Form & Formlessness: Questioning Aesthetic Abstractions through Art Projects, Cross-disciplinary Studies and Product Design Education
This research is based on empirical, embodied studies aimed to generate and regenerate aesthetic reasoning through three approaches:
· an educational approach concerned with developing an aesthetic discipline, supporting a formgiving process aimed to create tangible artifacts.
· an art-based approach supporting an open exploration of distortion and formlessness
· a multi-disciplinary exploratory approach concerned with aesthetic experiences shared in laborations demonstrating complexity and transformation.
The overall aim of the thesis is to explore different types of aesthetic abstractions that elaborate aesthetic reasoning about form and formlessness. The thesis develops methods and models for aesthetic investigation that support, challenge and go beyond the normative conceptions of beauty, with high relevance for teaching 3-D formgiving aesthetics and research by design methodologies. A central method applied throughout the entire research project is a cooperative inquiry method engaging students and experienced professionals as co-researchers in embodied/ interactive physical form studies and laborations.
The content of the thesis is presented in three parts relating to the approaches above:
-Part 1 defines an aesthetic nomenclature organized within a taxonomy of form in space. This aesthetic taxonomy is outlined in five levels based on essential aesthetic abstractions, emphasizing structure and inner movement in relation to the intention for the development of a gestalt. It originates from the educational program of Alexander Kostellow and Rowena Reed and has been further developed through an iterative educational process using a Concept-translation-form method, resulting in the Evolution of Form (EoF)-model. This EoF-model reciprocally weaves together geometric structures and organic principles into a sequence of seven-stages. To question the normative principles of beauty inherent in the EoF-model, a bipolar +/- spectrum was introduced at each stage to expand the model, aiming for a more inclusive approach to aesthetics.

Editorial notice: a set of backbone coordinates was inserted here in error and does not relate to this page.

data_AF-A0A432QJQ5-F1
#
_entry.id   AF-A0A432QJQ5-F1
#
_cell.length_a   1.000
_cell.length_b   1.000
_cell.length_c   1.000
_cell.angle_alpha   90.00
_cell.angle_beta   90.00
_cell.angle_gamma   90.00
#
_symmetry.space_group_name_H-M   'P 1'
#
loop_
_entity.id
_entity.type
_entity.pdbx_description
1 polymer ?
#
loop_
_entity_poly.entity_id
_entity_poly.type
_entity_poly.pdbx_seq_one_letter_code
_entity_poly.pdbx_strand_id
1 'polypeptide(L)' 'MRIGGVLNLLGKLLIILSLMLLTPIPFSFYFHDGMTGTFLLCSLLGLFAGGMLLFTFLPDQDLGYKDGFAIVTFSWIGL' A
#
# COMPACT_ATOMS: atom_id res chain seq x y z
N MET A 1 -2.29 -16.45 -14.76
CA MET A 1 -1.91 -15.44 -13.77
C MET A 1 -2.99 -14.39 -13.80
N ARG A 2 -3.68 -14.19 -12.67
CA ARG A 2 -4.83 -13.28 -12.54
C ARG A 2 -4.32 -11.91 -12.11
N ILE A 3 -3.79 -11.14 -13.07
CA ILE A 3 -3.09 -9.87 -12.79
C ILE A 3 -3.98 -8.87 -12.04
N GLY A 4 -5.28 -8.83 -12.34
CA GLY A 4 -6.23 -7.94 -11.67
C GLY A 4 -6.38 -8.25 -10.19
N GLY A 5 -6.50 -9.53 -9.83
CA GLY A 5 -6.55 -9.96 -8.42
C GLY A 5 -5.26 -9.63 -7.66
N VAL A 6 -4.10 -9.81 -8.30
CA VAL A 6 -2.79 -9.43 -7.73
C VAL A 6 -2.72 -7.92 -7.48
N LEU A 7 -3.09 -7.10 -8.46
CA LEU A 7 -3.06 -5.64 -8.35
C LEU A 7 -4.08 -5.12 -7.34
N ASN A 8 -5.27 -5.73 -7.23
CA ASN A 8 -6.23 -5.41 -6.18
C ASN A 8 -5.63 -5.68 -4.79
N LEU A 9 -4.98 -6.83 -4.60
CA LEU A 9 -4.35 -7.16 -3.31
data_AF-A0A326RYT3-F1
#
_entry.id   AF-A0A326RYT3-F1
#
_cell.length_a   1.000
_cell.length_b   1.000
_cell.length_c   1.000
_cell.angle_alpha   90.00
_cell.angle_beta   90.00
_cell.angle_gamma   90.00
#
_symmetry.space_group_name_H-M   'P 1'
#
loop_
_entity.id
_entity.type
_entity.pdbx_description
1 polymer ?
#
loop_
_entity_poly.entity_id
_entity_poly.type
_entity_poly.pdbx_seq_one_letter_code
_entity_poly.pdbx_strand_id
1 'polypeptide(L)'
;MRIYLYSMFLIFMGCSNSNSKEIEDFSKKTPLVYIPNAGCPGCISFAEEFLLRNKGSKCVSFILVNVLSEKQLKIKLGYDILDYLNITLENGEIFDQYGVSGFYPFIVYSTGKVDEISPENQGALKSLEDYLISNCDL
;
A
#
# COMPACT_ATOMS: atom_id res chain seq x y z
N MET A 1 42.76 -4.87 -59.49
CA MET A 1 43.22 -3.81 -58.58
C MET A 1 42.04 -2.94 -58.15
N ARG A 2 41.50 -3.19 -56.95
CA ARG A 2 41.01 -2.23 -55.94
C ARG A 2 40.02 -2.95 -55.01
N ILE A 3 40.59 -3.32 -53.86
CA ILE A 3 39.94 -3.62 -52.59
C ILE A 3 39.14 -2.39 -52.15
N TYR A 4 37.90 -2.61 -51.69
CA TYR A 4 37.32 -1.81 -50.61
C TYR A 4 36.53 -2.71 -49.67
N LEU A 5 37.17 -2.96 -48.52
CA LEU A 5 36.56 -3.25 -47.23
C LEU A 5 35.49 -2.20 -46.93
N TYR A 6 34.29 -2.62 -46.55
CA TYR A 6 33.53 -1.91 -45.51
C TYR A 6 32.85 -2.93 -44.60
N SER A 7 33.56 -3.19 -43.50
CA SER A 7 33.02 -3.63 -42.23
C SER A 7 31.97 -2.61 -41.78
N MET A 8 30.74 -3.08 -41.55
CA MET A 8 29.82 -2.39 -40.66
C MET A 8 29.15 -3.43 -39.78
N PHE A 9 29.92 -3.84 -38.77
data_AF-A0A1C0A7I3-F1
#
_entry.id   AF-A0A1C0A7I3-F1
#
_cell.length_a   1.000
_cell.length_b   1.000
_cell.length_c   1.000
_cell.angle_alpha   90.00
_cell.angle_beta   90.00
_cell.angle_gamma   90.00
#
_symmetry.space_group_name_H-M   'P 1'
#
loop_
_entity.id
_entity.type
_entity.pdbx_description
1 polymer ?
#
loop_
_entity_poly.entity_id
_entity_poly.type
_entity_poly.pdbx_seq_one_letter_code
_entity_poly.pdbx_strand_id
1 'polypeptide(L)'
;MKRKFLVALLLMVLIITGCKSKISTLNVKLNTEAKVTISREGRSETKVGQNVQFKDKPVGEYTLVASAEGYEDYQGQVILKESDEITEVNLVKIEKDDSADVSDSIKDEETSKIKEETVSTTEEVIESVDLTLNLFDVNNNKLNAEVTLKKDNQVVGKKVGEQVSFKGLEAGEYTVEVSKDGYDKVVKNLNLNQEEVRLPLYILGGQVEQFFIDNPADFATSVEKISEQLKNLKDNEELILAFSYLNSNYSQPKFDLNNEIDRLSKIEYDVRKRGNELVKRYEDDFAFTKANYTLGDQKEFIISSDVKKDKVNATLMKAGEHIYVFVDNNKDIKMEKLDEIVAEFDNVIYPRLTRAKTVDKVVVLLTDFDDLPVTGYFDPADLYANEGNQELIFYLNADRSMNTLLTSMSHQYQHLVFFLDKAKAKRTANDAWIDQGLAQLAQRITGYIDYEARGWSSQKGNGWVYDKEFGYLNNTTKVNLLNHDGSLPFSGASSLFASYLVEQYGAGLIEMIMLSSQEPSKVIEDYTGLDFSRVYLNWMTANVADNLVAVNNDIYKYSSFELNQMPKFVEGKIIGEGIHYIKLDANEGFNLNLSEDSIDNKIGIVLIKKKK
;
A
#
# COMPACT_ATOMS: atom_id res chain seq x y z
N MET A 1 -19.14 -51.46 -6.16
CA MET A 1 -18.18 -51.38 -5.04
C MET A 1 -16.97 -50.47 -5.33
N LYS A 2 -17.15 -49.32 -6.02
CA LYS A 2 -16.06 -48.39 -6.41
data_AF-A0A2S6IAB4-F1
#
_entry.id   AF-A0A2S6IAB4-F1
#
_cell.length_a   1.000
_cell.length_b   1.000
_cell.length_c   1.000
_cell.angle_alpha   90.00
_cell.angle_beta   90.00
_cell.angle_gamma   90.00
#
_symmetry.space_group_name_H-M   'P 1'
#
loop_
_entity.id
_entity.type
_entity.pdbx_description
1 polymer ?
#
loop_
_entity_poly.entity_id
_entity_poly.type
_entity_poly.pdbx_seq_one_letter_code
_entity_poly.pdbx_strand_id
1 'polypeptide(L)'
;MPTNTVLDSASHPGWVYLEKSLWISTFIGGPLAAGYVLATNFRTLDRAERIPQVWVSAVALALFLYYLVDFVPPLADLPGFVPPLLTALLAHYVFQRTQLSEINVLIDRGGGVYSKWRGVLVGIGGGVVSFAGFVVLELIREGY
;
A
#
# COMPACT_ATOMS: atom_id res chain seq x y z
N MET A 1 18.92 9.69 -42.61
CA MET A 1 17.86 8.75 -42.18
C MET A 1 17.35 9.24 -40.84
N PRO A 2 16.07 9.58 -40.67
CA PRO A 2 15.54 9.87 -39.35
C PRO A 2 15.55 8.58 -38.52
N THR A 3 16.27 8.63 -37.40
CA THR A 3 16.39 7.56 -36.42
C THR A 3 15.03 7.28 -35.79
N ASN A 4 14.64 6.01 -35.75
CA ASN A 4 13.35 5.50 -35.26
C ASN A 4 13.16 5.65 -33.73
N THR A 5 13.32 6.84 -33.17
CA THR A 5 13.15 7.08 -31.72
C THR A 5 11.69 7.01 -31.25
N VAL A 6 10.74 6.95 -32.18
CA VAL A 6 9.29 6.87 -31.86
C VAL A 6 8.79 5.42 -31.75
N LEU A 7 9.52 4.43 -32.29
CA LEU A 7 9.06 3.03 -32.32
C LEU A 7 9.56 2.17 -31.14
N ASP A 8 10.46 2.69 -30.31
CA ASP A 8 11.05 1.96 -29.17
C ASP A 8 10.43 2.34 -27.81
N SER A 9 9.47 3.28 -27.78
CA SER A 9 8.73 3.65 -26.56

-Part 2, both challenges and expands the aesthetic reasoning in part 1 through i) solo sculptural exhibitions exploring properties of distortion and transparency in a constructivist art community ii) collaborative projects with physicists concerning infinity and studies of continuous complex curvatures and iii) explorative studies of material breakdown and non-visual studies with ID masters students at Konstfack.
- Part 3 problematizes the taxonomy of form by applying methods and results from a cross-disciplinary study of complexity and transformation involving artists, physicists, designers and architects. The three year study explored temporal events of changing phenomena and formlessness that did not comply with any traditional aesthetic norms. Based on the experience from 12 laborations, three models were developed: The Transformation-model and Framing the dialogue-model were developed to physically interact with as well as to document and discuss change and transformation through bipolar reasoning. The Aesthetic phase transition-model was developed to capture the particular properties expressed in a transformation and unify stable objects with changing events.
In conclusion, the thesis claims the value of an inclusive aesthetic mode of abstract reasoning in the scientific and design communities. A provisional 3 modes of abstraction-model is presented placing numeric, linguistic and aesthetic modes of abstraction as interdependent within a spectrum from separation to contextualization.
Mandelgren sal, Konstfack, Telefonplan, LM Ericssons väg 14, Stockholm
Opponent: Edith Ackermann, Professor of Developmental Psychology at the University of Aix-Marseille, France. Currently Visiting Scientist at the Massachusetts Institute of Technology, School of Architecture, Boston, USA